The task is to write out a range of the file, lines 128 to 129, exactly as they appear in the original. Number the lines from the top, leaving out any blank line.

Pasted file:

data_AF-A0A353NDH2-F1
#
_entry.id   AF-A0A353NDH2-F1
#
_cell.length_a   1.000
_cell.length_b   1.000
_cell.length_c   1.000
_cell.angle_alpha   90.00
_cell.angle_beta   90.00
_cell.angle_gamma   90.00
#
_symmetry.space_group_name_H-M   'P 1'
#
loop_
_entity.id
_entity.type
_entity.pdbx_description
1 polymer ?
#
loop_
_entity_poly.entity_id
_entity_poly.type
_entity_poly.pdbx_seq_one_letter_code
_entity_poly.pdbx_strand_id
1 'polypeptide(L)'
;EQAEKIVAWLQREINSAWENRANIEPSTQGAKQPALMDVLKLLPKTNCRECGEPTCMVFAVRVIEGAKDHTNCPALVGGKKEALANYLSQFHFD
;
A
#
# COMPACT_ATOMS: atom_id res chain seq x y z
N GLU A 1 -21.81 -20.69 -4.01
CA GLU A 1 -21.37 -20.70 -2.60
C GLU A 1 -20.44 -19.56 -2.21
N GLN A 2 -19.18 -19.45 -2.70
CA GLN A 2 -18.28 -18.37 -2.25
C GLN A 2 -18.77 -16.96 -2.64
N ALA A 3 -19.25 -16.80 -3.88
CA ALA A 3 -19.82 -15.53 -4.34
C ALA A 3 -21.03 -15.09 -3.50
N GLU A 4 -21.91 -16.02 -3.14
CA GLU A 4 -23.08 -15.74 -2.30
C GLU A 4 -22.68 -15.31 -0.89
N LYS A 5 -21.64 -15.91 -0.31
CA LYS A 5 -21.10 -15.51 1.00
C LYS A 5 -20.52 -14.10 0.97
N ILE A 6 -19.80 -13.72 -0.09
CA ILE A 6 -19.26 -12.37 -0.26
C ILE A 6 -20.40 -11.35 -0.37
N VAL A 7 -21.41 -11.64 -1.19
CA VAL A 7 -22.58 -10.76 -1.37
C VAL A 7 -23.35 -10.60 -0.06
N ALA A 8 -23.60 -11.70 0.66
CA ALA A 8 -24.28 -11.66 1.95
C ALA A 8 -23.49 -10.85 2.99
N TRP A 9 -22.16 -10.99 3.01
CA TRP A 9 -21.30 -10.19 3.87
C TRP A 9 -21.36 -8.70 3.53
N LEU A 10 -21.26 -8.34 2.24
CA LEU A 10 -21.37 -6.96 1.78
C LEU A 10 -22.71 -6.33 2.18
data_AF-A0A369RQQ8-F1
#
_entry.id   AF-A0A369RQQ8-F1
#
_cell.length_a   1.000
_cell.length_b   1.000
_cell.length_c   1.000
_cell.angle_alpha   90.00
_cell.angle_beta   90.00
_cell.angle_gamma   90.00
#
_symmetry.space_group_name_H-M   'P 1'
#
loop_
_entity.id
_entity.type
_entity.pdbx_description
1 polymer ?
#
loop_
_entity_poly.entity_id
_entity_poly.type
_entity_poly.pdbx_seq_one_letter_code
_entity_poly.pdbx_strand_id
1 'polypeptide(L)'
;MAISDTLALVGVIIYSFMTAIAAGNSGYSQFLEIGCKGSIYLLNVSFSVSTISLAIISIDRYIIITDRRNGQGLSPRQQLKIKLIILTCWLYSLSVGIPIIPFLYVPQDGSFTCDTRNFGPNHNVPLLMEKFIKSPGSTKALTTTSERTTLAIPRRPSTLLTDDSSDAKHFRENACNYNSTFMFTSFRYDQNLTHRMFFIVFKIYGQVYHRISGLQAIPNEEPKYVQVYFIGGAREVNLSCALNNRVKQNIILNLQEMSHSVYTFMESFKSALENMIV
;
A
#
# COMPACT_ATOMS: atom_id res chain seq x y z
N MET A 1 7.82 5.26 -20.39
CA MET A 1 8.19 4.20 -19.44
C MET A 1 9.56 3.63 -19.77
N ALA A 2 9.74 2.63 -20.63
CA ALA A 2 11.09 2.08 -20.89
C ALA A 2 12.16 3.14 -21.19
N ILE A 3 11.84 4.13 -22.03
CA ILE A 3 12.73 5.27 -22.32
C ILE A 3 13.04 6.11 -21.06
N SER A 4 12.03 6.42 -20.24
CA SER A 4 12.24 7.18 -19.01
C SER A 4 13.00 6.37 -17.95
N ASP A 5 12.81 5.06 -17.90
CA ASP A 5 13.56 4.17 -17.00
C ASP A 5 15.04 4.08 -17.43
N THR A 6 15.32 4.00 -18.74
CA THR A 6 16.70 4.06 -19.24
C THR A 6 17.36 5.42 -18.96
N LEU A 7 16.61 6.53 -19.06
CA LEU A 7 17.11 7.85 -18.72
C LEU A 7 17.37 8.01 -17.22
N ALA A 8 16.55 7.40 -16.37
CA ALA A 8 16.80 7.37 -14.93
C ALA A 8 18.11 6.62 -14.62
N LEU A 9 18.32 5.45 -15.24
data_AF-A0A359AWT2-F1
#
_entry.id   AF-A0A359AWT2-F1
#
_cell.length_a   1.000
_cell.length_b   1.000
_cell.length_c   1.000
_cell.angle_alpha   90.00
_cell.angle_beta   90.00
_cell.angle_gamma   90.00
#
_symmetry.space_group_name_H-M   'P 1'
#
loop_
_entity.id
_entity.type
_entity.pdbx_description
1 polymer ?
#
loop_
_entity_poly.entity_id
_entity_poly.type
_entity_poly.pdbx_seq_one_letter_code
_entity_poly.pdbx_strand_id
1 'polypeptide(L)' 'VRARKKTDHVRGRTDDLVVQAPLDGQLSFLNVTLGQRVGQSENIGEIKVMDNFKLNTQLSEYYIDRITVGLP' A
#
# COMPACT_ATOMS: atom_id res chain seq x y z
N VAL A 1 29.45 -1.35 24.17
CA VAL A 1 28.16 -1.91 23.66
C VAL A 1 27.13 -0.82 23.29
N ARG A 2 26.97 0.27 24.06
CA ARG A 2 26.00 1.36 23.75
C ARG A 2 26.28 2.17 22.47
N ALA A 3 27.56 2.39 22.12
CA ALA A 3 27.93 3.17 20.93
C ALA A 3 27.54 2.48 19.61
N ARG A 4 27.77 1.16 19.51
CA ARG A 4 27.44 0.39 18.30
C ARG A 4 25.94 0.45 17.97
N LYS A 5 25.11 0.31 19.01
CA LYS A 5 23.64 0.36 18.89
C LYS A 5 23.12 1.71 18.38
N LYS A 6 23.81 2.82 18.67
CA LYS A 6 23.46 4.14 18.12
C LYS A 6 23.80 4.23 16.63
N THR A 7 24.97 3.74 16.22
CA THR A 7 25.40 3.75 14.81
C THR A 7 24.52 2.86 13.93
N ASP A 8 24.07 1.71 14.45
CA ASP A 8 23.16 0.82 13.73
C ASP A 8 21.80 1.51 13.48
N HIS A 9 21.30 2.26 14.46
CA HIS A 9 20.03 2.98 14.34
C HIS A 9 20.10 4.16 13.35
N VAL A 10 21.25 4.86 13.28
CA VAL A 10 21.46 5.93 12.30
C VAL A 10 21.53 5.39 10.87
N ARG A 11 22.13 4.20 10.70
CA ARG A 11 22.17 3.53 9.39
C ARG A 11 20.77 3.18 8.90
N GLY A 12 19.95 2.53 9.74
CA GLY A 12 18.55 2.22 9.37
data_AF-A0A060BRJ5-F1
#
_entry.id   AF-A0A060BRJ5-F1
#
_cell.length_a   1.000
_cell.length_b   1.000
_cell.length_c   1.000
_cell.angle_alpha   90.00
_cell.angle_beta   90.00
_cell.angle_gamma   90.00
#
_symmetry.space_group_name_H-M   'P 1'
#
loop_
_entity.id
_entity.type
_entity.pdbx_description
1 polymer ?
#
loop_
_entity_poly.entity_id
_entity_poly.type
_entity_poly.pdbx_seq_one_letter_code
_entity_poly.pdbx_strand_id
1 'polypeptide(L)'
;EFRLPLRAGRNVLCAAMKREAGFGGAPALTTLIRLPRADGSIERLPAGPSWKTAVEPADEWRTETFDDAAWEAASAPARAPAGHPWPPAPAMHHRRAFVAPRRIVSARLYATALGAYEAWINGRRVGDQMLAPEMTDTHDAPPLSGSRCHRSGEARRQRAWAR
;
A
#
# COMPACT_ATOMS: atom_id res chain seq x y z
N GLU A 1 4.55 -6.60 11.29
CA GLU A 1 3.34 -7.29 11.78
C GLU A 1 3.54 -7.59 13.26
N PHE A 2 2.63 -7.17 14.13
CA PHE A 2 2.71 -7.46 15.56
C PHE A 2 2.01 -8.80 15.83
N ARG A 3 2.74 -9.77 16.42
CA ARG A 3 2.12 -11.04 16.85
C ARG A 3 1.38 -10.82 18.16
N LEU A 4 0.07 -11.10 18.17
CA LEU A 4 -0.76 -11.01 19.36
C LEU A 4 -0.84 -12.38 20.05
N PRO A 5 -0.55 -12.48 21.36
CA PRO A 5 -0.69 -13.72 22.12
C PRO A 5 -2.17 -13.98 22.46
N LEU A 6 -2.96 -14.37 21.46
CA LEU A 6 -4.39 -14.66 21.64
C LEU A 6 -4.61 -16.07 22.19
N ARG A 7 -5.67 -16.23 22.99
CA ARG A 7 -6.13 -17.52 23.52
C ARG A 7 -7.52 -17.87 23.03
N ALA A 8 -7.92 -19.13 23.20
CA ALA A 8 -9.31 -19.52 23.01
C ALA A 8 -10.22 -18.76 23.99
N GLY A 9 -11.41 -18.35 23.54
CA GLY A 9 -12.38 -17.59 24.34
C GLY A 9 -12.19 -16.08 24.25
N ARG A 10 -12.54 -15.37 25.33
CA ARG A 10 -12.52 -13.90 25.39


#
loop_